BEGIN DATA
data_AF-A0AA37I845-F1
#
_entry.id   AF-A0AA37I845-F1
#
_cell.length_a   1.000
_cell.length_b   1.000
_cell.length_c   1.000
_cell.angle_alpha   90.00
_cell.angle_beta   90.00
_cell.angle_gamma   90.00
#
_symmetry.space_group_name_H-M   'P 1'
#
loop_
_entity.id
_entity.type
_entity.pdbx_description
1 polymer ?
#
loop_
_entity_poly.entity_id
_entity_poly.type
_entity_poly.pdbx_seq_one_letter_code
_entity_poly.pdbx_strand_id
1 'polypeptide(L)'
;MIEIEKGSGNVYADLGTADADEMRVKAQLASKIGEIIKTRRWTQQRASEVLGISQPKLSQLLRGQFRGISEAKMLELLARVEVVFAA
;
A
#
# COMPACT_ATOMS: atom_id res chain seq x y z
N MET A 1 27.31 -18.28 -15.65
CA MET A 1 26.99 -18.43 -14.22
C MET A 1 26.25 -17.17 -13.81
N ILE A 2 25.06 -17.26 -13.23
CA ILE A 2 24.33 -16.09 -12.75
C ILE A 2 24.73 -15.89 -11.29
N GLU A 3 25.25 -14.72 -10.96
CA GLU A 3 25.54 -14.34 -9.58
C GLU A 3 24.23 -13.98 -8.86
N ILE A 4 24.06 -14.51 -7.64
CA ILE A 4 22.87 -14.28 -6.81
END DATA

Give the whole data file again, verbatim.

data_AF-A0AA37I845-F1
#
_entry.id   AF-A0AA37I845-F1
#
_cell.length_a   1.000
_cell.length_b   1.000
_cell.length_c   1.000
_cell.angle_alpha   90.00
_cell.angle_beta   90.00
_cell.angle_gamma   90.00
#
_symmetry.space_group_name_H-M   'P 1'
#
loop_
_entity.id
_entity.type
_entity.pdbx_description
1 polymer ?
#
loop_
_entity_poly.entity_id
_entity_poly.type
_entity_poly.pdbx_seq_one_letter_code
_entity_poly.pdbx_strand_id
1 'polypeptide(L)'
;MIEIEKGSGNVYADLGTADADEMRVKAQLASKIGEIIKTRRWTQQRASEVLGISQPKLSQLLRGQFRGISEAKMLELLARVEVVFAA
;
A
#
# COMPACT_ATOMS: atom_id res chain seq x y z
N MET A 1 27.31 -18.28 -15.65
CA MET A 1 26.99 -18.43 -14.22
C MET A 1 26.25 -17.17 -13.81
N ILE A 2 25.06 -17.26 -13.23
CA ILE A 2 24.33 -16.09 -12.75
C ILE A 2 24.73 -15.89 -11.29
N GLU A 3 25.25 -14.72 -10.96
CA GLU A 3 25.54 -14.34 -9.58
C GLU A 3 24.23 -13.98 -8.86
N ILE A 4 24.06 -14.51 -7.64
CA ILE A 4 22.87 -14.28 -6.81